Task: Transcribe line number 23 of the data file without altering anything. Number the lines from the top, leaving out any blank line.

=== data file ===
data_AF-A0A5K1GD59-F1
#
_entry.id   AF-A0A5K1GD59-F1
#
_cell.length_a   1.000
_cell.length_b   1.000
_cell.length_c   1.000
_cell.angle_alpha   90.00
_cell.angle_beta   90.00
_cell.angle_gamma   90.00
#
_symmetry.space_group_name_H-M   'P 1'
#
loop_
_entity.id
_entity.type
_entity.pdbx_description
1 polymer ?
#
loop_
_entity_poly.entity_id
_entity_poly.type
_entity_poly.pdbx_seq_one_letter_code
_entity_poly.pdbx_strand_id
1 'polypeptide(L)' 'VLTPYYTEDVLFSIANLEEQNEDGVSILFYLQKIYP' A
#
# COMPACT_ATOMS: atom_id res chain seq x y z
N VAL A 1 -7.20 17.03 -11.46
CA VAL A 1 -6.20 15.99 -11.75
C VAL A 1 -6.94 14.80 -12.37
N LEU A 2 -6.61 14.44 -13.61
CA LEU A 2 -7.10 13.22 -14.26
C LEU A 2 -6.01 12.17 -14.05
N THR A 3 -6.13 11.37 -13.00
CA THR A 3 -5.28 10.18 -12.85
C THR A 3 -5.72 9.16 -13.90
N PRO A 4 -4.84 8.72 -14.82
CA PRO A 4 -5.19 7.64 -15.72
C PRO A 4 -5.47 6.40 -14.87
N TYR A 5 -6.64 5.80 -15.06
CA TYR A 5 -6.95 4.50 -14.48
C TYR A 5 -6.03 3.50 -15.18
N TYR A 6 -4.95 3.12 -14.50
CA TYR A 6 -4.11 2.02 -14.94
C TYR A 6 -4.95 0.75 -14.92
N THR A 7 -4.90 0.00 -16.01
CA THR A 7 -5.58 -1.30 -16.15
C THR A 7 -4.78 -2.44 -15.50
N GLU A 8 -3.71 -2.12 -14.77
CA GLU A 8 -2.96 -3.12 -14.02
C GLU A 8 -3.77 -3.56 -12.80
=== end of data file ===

_entity_poly.pdbx_seq_one_letter_code